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17/01/2021 / Test All Things

“Not Without Blood” – “His Own Blood”

As soon as our first parents had sinned in the Garden of Eden, at its very gates, the LORD God showed the way of reconciliation was not to be in the fig leaves of men’s sin-stained efforts, but in the shedding of blood. This was set forth when a beast, almost certainly a lamb, was taken and slain before the guilty eyes of Adam and Eve, that they might be properly clothed to hide their shame. So, we read of “the Lamb slain from the foundation of the world” (not from before the foundation as is often misquoted) (Revelation 13: 8). He was “foreordained before the foundation of the world” (1st Peter 1:20)

The mercy of God is seen, in that as soon as sin showed its ugly face on the earth, the remedy was set forth, eloquently pointing to “the Lamb of God, which taketh away the sin of the world.” (John 1:29); “The wages of sin is death; but the gift of God is eternal life through Jesus Christ our Lord” (Romans 6:23)

The lamb taken and slain belonged to our Creator and was a free gift from Him who was offended, to the offenders, foreshadowing the giving of the dear Son of God as a ransom for many. It is instructive to notice that it would appear from the language, “from the foundation of the world,” that sin entered this earth very soon after our first parents had been created.

From that solemn moment it was revealed that:

“Sin to pardon without blood
Never in God’s nature stood.”

This was soon solemnly verified when Cain rebelliously sought to bring a bloodless offering as a sacrifice and was rejected, whereas Abel was received, coming in the God-appointed way to His holy Majesty, “not without blood.” (Hebrews 9:7)

This principle was emphasised again and again in the Old Testament. Isaac was well taught, we trust of God, when he asked where the lamb was for the burnt offering. The worship in the tabernacle and later in the temple all gave the same message.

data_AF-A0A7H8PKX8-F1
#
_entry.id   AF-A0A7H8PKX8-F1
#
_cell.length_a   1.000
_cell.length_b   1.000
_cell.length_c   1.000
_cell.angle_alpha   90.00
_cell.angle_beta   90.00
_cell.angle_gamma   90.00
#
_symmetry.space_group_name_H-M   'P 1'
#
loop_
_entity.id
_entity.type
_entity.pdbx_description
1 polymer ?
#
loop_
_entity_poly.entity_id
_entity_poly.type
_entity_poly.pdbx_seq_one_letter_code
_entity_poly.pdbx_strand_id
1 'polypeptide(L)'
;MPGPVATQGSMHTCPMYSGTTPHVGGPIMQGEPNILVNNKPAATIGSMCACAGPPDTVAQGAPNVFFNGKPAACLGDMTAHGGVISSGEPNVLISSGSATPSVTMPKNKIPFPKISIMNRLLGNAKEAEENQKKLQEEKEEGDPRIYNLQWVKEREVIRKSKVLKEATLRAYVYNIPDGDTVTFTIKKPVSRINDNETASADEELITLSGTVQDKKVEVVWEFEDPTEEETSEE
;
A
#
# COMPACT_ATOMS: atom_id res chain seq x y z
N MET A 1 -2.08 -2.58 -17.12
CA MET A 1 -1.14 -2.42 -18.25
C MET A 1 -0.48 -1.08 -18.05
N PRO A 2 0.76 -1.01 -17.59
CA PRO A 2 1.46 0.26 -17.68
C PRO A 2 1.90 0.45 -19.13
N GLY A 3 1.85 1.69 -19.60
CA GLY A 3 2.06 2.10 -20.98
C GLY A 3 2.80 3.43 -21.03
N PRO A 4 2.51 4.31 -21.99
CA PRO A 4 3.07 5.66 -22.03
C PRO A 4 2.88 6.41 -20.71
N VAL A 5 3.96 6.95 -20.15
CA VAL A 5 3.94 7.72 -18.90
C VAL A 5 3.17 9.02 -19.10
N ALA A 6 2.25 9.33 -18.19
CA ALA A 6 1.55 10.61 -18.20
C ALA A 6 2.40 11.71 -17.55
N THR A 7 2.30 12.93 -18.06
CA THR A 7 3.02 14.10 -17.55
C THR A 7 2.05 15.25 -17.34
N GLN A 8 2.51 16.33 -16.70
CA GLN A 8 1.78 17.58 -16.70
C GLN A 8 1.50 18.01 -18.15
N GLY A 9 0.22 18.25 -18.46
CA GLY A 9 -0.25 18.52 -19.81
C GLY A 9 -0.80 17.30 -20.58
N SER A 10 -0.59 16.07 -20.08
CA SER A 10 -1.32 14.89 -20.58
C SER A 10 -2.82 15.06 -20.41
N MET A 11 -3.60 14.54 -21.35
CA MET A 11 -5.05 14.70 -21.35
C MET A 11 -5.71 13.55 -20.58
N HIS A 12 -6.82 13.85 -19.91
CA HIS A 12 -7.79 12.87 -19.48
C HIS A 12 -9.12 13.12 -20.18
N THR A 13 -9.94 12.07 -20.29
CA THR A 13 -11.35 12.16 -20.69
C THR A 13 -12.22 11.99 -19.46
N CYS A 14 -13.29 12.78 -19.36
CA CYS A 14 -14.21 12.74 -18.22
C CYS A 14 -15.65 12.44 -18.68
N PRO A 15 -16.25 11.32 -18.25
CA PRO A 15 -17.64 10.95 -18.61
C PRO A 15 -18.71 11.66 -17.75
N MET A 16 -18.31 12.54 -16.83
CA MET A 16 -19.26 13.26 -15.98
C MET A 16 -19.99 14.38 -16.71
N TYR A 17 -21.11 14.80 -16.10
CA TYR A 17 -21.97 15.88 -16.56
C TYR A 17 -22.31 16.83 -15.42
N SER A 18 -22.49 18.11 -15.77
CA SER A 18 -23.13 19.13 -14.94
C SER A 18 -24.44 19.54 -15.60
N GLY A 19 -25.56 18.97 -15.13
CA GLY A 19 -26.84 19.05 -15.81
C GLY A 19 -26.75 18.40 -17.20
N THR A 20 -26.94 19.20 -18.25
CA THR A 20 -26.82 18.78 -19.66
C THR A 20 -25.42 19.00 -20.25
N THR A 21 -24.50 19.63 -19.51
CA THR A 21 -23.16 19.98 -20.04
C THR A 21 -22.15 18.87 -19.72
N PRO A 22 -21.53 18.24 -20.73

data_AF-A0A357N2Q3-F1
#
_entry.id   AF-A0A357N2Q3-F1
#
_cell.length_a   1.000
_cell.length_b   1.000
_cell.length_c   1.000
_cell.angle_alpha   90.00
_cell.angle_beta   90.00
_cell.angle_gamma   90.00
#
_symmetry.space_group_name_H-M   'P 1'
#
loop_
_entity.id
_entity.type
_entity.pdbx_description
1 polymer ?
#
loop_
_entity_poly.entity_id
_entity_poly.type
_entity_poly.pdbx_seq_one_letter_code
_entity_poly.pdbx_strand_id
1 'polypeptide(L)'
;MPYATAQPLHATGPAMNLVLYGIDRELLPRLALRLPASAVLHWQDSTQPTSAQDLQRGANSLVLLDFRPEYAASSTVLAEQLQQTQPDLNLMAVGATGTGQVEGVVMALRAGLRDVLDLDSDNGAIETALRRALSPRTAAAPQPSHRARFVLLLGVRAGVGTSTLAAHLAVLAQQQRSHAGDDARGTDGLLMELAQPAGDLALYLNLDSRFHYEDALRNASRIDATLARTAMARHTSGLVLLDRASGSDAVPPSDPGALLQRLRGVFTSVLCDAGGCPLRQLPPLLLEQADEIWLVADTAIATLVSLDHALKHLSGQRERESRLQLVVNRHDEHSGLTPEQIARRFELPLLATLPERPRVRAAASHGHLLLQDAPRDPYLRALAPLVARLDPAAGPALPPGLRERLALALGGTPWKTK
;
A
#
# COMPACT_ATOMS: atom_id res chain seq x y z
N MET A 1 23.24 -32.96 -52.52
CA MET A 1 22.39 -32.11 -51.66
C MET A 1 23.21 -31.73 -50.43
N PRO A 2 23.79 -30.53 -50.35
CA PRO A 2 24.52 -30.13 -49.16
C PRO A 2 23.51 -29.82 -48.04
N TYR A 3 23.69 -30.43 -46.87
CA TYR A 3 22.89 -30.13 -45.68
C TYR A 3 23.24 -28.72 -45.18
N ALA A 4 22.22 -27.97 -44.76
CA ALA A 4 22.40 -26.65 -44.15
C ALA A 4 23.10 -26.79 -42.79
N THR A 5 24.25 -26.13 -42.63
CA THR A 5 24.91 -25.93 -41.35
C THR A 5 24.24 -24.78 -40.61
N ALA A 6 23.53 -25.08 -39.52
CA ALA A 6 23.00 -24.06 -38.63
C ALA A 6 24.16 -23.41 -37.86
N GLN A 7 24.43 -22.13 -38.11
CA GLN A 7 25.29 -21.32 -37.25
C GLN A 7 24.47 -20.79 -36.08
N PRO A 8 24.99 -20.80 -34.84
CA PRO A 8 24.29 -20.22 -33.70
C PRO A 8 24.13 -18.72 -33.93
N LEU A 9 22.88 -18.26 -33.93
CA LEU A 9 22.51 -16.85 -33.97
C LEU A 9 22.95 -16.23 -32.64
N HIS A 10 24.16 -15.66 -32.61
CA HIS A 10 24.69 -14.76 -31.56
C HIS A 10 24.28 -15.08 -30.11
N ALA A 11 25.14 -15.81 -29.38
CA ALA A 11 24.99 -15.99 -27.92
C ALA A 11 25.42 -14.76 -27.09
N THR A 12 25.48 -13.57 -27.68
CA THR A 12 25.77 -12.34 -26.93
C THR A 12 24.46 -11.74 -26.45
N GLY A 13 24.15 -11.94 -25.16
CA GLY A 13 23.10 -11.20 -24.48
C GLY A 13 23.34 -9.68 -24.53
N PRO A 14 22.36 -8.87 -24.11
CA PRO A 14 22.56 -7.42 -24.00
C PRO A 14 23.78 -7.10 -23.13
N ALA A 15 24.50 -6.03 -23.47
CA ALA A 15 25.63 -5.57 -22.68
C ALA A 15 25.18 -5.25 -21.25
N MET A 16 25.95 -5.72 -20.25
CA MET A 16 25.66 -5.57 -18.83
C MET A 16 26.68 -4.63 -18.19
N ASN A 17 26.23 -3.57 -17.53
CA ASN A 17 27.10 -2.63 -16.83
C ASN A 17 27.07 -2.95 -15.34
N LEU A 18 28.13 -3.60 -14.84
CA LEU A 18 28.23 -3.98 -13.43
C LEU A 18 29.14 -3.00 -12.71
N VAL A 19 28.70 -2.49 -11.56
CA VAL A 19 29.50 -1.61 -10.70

On the annual Day of Atonement, Aaron was permitted to enter the holiest of all, but had he dared to do so without blood, he would have been smitten down.

Why was it that God made this oft-repeated command?

When Aaron or the succession of high priests took blood of a blemish-free beast into the holiest of all, it signified that a life had been lived, and then taken. So ceremonially the virtue of the life lived and the blood shed (i.e. the death endured), was taken into God’s glorious presence, in the Shekinah glory, overshadowing the mercy-seat.
But each succeeding high priest had first to make an offering for his own sins, before confessing the sins of the people on whose behalf he was entering the holiest of all. Our Lord Jesus Christ, that great High Priest, had no need to offer for Himself when He entered the holiest of all in glory above as He is “holy, harmless, undefiled, separate from sinners” (Hebrews 7:26). The offering He made was for that innumerable company of sinners, for whom He came to live, to suffer, and to die, rising again and ascending on high, taking His own blood into the holiest of all. Thus, before His heavenly Father is presented a pure, holy life lived, and a complete atonement made.